i first got pf in my left foot -- very suddenly and very bad -- in the spring of 1999, and didn't get good medical help, though i tried. i finally found this website in december 1999, and began to learn a lot about pf and treatments to try for it. i started wearing birks almost exclusively, and they probably made the single biggest difference -- along with a lot of rest. it was a long road for me, because i developed pretty severe tendonitis -- in both feet -- along the way, so i really didn't get back to normal walking for almost two years. for much of that time, i couldn't work much and eventually closed down my antiques business. it was a very depressing time.

on top of birks and rest, i eventually got physical therapy (for several months) and eased gradually into a stretching and strengthening program at home. other things that i think contributed in the long run to helping me get better: the night splint, lots of icing, an air cast when the tendonitis was at its worst, and, without question, the support of this board! homeopathic medicines also helped me (if you go that route, you have to see a good homeopathic doctor, who will evaluate your whole self and prescribe medicines individually for you -- so my listing mine here wouldn't be appropriate).

it was all very gradual for me and took a lot of patience and endurance of pain. but i have my life back! with some good changes to boot. my husband and i moved to a place more conducive to walking (and i now walk every day with great joy!), and i'm in the process of opening my own antique store and getting back to work.

i consider myself 90% better -- some days feel like almost 100%. but i remain vigilant, and still search around for the best walking shoes for me and so forth. but most days any thought i need to give to my feet is pretty automatic now, and they don't occupy my mind every second, and they no longer depress me or give me the feeling i'm being held back in some way. compared with how i felt for two years, life now is wonderful, and i'm grateful every day that i'm no longer in pain and despair.

there probably are people who truly become 'cured' from pf -- maybe people who didn't have it for very long, or are very young and can heal better -- but they're out there living their lives and probably not lurking around message boards like this one. the vast majority DO get better, so you have every reason to be optimistic. of course i say this without knowing much about your case -- how long have you had it and what are you doing for it?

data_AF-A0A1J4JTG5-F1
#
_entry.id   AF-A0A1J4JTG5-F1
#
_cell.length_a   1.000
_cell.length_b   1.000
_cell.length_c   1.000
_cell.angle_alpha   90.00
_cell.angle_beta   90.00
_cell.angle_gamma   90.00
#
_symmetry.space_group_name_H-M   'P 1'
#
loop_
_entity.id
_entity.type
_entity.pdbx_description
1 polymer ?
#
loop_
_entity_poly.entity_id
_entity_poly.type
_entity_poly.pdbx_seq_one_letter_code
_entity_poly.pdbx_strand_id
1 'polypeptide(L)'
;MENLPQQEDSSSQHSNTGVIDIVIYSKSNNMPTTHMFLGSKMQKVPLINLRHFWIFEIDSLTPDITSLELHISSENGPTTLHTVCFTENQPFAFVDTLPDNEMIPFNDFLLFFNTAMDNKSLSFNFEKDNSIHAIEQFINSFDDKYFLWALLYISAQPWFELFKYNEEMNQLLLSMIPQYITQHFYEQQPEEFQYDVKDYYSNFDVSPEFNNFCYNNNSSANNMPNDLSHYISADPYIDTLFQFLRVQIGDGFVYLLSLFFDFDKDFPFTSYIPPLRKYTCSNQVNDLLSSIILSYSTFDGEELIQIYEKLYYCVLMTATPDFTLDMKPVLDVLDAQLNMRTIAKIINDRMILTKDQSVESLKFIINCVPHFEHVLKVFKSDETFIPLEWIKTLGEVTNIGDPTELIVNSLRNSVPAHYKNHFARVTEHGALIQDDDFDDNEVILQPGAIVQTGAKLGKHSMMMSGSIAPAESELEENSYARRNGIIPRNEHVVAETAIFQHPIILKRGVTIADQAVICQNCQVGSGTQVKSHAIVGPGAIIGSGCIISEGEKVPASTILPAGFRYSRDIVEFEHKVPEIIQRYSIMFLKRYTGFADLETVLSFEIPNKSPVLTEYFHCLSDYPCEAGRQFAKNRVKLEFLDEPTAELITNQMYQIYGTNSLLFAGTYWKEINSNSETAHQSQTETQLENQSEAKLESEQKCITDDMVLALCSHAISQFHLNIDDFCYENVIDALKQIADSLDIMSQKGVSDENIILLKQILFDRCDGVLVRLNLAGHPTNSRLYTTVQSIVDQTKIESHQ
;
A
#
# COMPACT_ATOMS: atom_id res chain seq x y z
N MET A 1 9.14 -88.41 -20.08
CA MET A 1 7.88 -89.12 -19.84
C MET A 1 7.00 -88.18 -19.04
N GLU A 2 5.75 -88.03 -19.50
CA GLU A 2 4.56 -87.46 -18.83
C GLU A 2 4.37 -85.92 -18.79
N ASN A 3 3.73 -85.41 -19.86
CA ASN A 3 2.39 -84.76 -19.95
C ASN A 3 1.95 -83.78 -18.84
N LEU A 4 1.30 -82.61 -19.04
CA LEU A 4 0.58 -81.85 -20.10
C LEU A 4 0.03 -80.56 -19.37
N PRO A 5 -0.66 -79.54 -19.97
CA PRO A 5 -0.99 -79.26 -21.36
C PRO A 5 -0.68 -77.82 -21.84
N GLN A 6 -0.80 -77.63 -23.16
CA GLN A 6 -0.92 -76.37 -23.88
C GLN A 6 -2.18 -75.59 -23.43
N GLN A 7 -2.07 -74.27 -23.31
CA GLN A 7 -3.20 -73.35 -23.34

wishing you the best,
nancy

Re: Anybody cured this problem successfully?

alan k on 1/18/02 at 08:53 (070368)

Me too, I'm better, a little slower than nancy, who was a little slower than Julie.

I had two years of pf and tts (actually, I can't remember exactly-- yippee!), and I was helped by the following things, in a rough, inexact order of importance:

1. Exercise (non-weightbearing)

2. Massage (Thai massage of entire lower body-- no massage directly on heel)

3. Birkenstocks (took being stranded at a conference with bad shoes before I would give them a real try-- must gradually adjust to them)

4. Thai herbal medicine (not available in the US, but I'm currently researching about commonly available substitutes)

5. After strengthening the feet over a few months time, walking on soft, uneven grass surfaces in very expensive, excellent sneakers was a dramatic therapy which finally killed of the pf once and for all (sort of: what Julie says in her post is word for word my situation, so I won't repeat)

Of course, heelspurs.com was extremely important as well, because it can guide you and keep you from doing dangerous, extreme things, as well as provide a wealth of options. Several healed people tried one thing after another, some worked, some didn't, some things were tried at just the right time and then exchanged for the next thing at just the right time. Eventually you will hit on the right combo.

The best news is: TIME IS ON YOUR SIDE!

The time will go by, like it or not, and there is nothing you can do about it, and usually we don't like that, but in this case it is a good thing.
Illnesses get sick and die like everyone else. Poor little plantar fasciitis, I feel sorry for him.

alan k

Re: I just needed some good news!